All Audible addressed was money and is focused on what I perceive is their primary audience: content/copyright holders like publishers.

The Essence of the Audible Issue
They didn’t address podcasters needs in their announcement. The controversy being played out isn’t over value-to-value exchange, but rather is over .mp3 vs. the new Audible .aa format and the supposed robust service they’re offering to podcasters enabling them to make money from their podcasts. This is clearly all about being Audible being the conduit for advertisers to tap in to this new podcasting phenomena and has *nothing* to do with podcasters themselves. I don’t believe they’re offering enough value for podcasters to turn our heads toward Audible.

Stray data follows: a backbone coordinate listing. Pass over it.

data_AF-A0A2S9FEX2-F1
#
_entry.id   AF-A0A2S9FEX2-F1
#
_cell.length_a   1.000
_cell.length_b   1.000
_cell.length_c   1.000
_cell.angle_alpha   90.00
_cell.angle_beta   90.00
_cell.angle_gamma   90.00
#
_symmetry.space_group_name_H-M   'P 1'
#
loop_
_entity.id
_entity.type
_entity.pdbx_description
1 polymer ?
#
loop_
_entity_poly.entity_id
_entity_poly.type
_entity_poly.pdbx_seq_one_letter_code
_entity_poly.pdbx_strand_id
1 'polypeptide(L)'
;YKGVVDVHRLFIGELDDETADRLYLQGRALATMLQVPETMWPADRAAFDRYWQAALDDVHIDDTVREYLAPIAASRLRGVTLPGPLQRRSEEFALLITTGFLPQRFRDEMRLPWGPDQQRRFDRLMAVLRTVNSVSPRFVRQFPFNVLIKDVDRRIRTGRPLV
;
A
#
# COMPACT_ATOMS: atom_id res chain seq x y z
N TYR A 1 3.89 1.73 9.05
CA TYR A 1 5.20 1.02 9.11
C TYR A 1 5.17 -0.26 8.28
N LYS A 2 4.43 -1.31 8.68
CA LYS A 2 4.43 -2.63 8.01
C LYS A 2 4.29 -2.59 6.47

Is it a good thing for podcasting to have yet another file format and is it even necessary to facilitate measurement and auditing? Is Audible even in the best position to perform this middle-man type service? Or is what Audible has launched, like I believe, completely unnecessary as there are already ways to measure and track podcast listening?

The supposed benefits of .aa is measurement and tracking and the ability to monetize podcasts. But as I said in my post about Apple and what they know about YOU whenever you re-synch your iPod to iTunes, I believe that measuring and tracking is occurring and monetization can happen without resorting to yet another, completely unnecessary file format.